Amicus Curiae Brief in Support of 60-Day Statutory Notice Provision for Tort Claims Against Governmental Entities | Pollard v SMART | Carson Tucker – JDSupra

Attached is a link to a recent amicus curiae brief I wrote and filed in the Michigan Supreme Court for the Michigan Defense Trial Counsel regarding the validity and propriety of shortened notice provisions in statutes allowing suits against governmental entities.  In this case, a statutory provision requires written service of notice of a claim against a transportation authority within 60 days of the accident or occurrence.  If the notice is not provided, then the statute bars the cause of action.  No other party raised the issue regarding subject-matter jurisdiction or the lack thereof.

The argument is that since the legislature, as the representative of the “sovereign”, is the only branch of government that can “waive” the sovereign’s immunity from suit, strict compliance with the legislature’s provision actually allowing suit against the governmental entity is required.  Absent such compliance, the trial court in which the claim is asserted simply does not have subject-matter jurisdiction to determine the merits of the claim.  Since this issue may be raised at any time during the proceedings, even on appeal, i.e., sua sponte, I proposed it as an alternative theory for the Court to affirm the Court of Appeals decision reversing the trial court.  Since the plaintiff in the underlying case did not strictly comply with the notice provision, the trial court never had subject-matter jurisdiction over the lawsuit.  Interesting; we’ll see if the Court pays this argument any attention when it issues its order.  My brief is linked below.  Tell me what you think.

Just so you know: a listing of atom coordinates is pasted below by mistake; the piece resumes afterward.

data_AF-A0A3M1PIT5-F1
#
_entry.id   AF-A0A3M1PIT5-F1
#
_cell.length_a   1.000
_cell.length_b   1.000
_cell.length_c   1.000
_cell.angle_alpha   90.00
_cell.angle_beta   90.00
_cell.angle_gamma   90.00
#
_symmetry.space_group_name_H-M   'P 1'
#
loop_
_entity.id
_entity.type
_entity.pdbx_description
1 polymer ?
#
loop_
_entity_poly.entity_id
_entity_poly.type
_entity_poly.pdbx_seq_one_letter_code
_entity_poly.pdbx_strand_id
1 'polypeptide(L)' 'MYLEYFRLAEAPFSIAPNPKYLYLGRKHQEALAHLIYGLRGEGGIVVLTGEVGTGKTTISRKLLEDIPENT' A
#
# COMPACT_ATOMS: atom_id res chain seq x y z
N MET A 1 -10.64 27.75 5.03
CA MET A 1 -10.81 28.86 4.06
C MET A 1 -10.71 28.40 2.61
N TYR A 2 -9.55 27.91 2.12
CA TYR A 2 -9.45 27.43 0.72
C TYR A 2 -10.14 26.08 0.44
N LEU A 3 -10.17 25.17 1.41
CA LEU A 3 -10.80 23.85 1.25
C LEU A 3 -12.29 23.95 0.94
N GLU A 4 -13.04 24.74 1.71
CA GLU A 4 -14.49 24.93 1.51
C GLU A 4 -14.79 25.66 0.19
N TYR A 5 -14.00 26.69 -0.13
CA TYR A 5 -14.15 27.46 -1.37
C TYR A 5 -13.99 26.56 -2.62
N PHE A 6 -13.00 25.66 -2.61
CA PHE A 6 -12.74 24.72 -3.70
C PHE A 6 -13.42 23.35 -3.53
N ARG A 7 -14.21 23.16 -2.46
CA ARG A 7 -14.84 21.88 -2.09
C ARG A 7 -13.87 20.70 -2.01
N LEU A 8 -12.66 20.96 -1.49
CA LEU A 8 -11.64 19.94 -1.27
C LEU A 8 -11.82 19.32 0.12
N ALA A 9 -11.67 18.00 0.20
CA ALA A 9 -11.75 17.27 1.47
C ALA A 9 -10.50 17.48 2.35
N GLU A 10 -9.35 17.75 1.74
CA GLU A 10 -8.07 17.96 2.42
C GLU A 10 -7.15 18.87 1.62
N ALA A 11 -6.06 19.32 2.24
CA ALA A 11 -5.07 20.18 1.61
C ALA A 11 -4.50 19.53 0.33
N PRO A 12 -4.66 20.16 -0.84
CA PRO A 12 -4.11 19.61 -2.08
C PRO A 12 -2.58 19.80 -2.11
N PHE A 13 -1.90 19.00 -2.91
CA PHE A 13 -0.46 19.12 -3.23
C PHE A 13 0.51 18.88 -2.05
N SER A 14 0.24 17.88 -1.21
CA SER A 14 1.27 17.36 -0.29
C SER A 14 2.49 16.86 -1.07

(FINAL) MDTC Amicus Brief (Pollard) 1-10-11 (date stamped 1-11-11)

About cjtucker06

Owner of law firm since July 2014; Handles all types of appellate matters and assists other lawyers with complex litigation and insurance coverage issues; Admitted to the Supreme Court of the United States, the Sixth Circuit Court of Appeals and the State Bar of Michigan; Expertise in prosecuting and defending appeals with several significant successes in the Sixth Circuit Court of Appeals, the Michigan Supreme Court and the Michigan Court of Appeals; Author of briefs amicus curiae in the Michigan Supreme Court for the Michigan Defense Trial Counsel and the Insurance Institute of Michigan; Represents Insurance Companies, Major International Business, Governmental Entities, Law Enforcement Officers and County Sheriffs. Board of Directors, Michigan Defense Trial Counsel Amicus Committee Co-Chair, Michigan Defense Trial Counsel Military - Retired Major in the Judge Advocate General (JAG) Corps of the United States Army, Brigade Judge Advocate and Staff JAG officer for the Maneuver Training Center, Camp Grayling, Michigan; Recipient of the Army's Meritorious Service Medal (the highest medal of honor available to Soldiers serving in non-combat roles); 2012 Graduate of the Judge Advocate Officer Advanced Course, at The Judge Advocate Legal Center and School, Charlottesville, Virginia. United States Navy Reserves, Combat Warfare Qualification, January 1989 to July 2003 Former law clerk to Justice Stephen J. Markman, Michigan Supreme Court, Research Attorney, Michigan Court of Appeals. Insurance Coverage Associate Plunkett Cooney; Environmental Law Attorney at Squire Sanders, now Squire Patton Boggs; Master's Degree in Environmental Law; Environmental Law Scholar, ALI/ABA Washington, D.C., Juris Doctorate, Vermont Law School, Environmental Editor, Vermont Law Review; Treasurer and Finalist, Moot Court Advisory Board.
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